Appeal from the Circuit Court of Will County; the Hon. Charles
P. Connor, Judge, presiding.
JUSTICE HEIPLE DELIVERED THE OPINION OF THE COURT:
Defendant and third-party plaintiff George A. Johnson & Son appeal from an order of the Will County circuit court dismissing count I of its third-party complaint against Lockport Plastering Company. We affirm.
Plaintiff, Ronald F. Pilon, filed a one-count complaint against Johnson, alleging that he had been injured on March 20, 1982, at a construction site where Johnson was the general contractor. Pilon's complaint was based on Johnson's allegedly wilful violation of the Structural Work Act (Ill. Rev. Stat. 1981, ch. 48, pars. 60 through 69). Johnson filed a third-party complaint in three counts against Lockport, Pilon's employer and a subcontractor of Johnson. Count I alleged a right to indemnification arising out of a contract between Johnson and Lockport. Counts II and III alleged implied indemnity and contribution respectively.
The circuit court based its dismissal of count I on section 1 of "An Act in relation to indemnity in certain contracts" (Ill. Rev. Stat. 1981, ch. 29, par. 61), which provides:
"With respect to contracts or agreements, either public or private, for the construction * * * or maintenance of a building * * * every covenant, promise or agreement to indemnify or hold or hold harmless another person from that person's own negligence is void as against public policy and wholly unenforceable."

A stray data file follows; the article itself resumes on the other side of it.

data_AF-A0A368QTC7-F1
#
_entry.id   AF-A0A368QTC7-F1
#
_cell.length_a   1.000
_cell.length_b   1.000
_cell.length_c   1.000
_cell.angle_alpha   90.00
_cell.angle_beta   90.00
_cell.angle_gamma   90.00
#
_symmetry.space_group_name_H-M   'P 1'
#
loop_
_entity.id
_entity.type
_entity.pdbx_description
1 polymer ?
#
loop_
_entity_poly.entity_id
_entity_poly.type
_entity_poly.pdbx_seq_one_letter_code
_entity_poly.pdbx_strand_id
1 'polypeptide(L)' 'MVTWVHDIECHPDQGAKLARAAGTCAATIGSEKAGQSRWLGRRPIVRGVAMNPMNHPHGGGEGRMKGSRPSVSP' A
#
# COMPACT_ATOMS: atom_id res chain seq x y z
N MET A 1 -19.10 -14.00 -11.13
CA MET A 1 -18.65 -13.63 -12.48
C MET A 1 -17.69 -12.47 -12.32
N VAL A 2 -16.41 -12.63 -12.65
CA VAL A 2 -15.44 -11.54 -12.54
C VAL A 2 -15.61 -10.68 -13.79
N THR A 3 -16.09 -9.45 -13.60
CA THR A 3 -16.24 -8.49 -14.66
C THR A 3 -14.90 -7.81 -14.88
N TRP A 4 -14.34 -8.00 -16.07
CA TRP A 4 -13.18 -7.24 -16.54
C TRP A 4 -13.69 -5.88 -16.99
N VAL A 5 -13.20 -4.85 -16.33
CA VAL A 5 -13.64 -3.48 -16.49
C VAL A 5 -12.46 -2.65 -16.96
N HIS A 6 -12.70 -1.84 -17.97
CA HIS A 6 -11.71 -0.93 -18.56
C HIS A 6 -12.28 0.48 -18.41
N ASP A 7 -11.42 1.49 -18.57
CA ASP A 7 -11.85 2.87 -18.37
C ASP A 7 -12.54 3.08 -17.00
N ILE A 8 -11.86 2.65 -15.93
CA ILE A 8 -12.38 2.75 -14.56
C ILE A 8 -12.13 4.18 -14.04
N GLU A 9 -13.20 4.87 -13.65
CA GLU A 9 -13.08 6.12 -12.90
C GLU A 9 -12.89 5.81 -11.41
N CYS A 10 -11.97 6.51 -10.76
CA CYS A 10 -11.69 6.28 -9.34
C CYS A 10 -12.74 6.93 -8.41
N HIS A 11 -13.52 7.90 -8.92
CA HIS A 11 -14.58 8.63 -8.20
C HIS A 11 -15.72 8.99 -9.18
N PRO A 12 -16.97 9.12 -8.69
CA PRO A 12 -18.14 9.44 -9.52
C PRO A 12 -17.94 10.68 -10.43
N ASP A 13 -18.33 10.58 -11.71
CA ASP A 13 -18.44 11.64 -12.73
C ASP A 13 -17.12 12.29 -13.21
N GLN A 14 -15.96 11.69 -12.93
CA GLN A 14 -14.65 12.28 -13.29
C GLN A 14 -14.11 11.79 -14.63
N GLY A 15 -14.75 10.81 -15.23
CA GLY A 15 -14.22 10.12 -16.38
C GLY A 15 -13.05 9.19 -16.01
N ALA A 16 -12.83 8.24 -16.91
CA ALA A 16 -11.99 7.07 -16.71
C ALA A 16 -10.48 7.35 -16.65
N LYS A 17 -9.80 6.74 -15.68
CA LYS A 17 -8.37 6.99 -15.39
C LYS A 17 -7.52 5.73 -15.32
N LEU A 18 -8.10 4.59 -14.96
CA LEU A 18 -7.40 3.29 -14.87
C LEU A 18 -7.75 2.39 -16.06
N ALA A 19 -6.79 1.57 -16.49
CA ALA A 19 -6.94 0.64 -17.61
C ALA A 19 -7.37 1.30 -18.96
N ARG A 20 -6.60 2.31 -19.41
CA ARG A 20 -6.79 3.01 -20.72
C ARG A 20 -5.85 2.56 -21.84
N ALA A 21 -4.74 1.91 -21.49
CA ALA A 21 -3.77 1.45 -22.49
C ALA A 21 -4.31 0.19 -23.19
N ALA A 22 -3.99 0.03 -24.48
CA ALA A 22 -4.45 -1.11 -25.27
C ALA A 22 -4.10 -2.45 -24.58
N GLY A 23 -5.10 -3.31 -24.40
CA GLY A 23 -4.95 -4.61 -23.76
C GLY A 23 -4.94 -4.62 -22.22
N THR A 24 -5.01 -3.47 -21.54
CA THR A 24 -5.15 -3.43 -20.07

Article 12 of the subcontract between Johnson and Lockport provides, in relevant part:
"* * * The Subcontractor will indemnify and save harmless the * * * General Contractor from and against any and all claims, costs, damages and demands resulting from injuries or death or damage to property alleged to have arisen out of a breach or violation of the Illinois Structural Work Act as a result of or connected with the performance of work by the Subcontractor. The Subcontractor will defend, at his own expense, any actions based thereon and shall pay all charges or attorneys and all costs and other expenses arising therefrom."
The only supreme court case addressing the statute in question is Davis v. Commonwealth Edison (1975), 61 Ill.2d 494, 336 N.E.2d 881. There, an architect charged with a violation of the Structural Work Act attempted to assert contractual indemnity against the general contractor. The significant holding of Davis is that the statute renders such contracts unenforceable in the Structural Work Act context. This interpretation was based on prior cases which held that "willful violation" of the Structural Work Act included conduct which amounts to negligence on the part of defendants. Juliano v. Oravec (1973), 53 Ill.2d 566, 297 N.E.2d 893.
Johnson relies heavily on Schuch v. University of Chicago (1980), 87 Ill. App.3d 856, 410 N.E.2d 258, which held that if the contract did not clearly and unequivocally shift liability for one's own negligence to another, then the contractual indemnity would not be enforced, thereby rendering the statute inapplicable. However valid this reasoning may be, it cannot apply to the instant case. Whatever else the subcontract means, it is manifestly clear that Lockport must indemnify Johnson against any and all claims arising under the Structural Work Act if a Lockport employee is injured. It is equally clear that cases like Juliano stand for the proposition that Johnson can only be found liable to a subcontractor's employee under the Act for some form of culpable conduct. The attempt to pass this liability on via contractual indemnity falls squarely within the language of section 1 of "An Act in relation to indemnity in certain contracts (Ill. Rev. Stat. 1981, ch. 29, par. 61) as construed by Davis.
Therefore, the decision of the circuit court of Will County is affirmed.
SCOTT and STOUDER, JJ., concur.